Seven medical schools that award degrees comparable to the U.S. Doctor of Medicine are located in Costa Rica, as of 2014. All of these medical schools are in or near San Jose, where English is widely spoken and near a large population of North American expatriates. They are also listed with the Foundation for Advancement of International Medical Education and Research, an arm of the Educational Commission for Foreign Medical Graduates, which certifies the qualifications of physicians before they can obtain U.S. medical residencies or practice.
Universidad Federada de Costa Rica
Universidad Federada de Costa Rica is a private university that admits foreign students, but all instruction is in Spanish. Its medical school was founded in 1999. Students complete three cycles altogether, and completion of the second cycle -- including core clinical training -- results in a degree in Medicine and Surgery. Completing the third year of rotating internships results in the Professional Doctorate in Medicine and Surgery, which is comparable to completing the Doctor of Medicine degree in the U.S.
Escuela Autónoma de Ciencias Médicas de Centro América
The Escuela Autónoma de Ciencias Médicas de Centro América is a private medical school. UCIMED admits some foreign students to the medical college program, which leads to the Bachelor of Medicine and Surgery. Instruction is in Spanish. Students have access to the most complete simulated hospital in the region, with coursework in management of health institutions, pediatrics, gynecology and other clinical fields.
Universidad Autónoma de Centro América
The Universidad Autónoma de Centro América School of Health Sciences was the first private university in Costa Rica. It admits some foreign students, although instruction is in Spanish. No entrance examinations are required. The curriculum progresses through general science and mathematics courses to traditional medical topics, such as pharmacology, surgery and pediatrics, leading to the Bachelor of Medicine.
The Universidad Hispanoamericana is a private university. The school offers a Bachelor of Medicine and Surgery and admits some foreign students, but instruction is in Spanish. The curriculum focuses on the skills of a general practitioner.
Universidad Latina de Costa Rica
The Universidad Latina de Costa Rica College of Medicine and Surgery is a private university, with instruction in Spanish. It does admits some foreign students and the program focuses on holistic patient care with a high standard of medical services. The school is recognized for its academic standards that result in a 100 percent pass rate on the national test.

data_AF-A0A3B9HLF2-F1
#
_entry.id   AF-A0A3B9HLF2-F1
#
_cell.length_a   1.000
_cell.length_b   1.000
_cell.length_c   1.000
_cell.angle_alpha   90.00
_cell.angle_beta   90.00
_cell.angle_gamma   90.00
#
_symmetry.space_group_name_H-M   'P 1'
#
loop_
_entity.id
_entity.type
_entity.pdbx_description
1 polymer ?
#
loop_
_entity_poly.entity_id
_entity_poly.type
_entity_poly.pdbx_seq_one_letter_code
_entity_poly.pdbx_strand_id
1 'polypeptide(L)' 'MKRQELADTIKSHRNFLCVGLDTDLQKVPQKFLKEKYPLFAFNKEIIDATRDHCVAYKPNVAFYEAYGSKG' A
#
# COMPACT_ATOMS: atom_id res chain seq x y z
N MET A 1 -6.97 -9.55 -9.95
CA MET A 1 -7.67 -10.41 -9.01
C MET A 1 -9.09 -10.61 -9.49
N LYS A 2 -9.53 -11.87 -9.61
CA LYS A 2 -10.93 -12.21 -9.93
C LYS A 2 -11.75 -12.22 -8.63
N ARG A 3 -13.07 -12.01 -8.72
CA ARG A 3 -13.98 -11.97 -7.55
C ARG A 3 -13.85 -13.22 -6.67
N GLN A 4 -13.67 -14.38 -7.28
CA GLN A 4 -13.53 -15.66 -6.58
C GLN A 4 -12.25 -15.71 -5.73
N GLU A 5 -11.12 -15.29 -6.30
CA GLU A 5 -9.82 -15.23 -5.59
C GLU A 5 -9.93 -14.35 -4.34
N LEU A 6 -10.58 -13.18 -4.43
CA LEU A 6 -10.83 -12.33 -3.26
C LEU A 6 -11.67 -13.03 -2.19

Universidad de Costa Rica
Universidad de Costa Rica is a public university that admits foreign students. Instruction is in Spanish. Its School of Medicine was established in 1947. The school offers a wide range of instructional opportunities, including telemedicine and the development of a Research Institute of Molecular Medicine.
Universidad de Iberoamérica
The Universidad de Iberoamérica provides instruction in Spanish, but does admit some foreign students. The program is 13 terms of four months each. If students plan to practice in Costa Rica, the program requires an additional internship year. Students enhance their clinical and diagnostic skills through clinical rotations at class A hospitals in the country.
- Foundation for Advancement of International Medical Education and Research: International Medical Education Directory
- U.S. Department of Education: National Committee on Foreign Medical Education and Accreditation
- Educational Commission for Foreign Medical Graduates: About ECFMG
- Escuela Autónoma de Ciencias Médicas de Centro América: Medical, Career in Medicine
- Universidad de Costa Rica: School of Medicine
John Huddle is an Army veteran with enlisted service as general hospital staff and hospital chaplain's assistant. His career also included stints as a teacher, adjunct faculty, administrator and school psychologist. Twice, Dr. Huddle was a major party nominee for state office. He also served as a director on several nonprofit boards. Today he enjoys consulting and lobbying for underdog causes.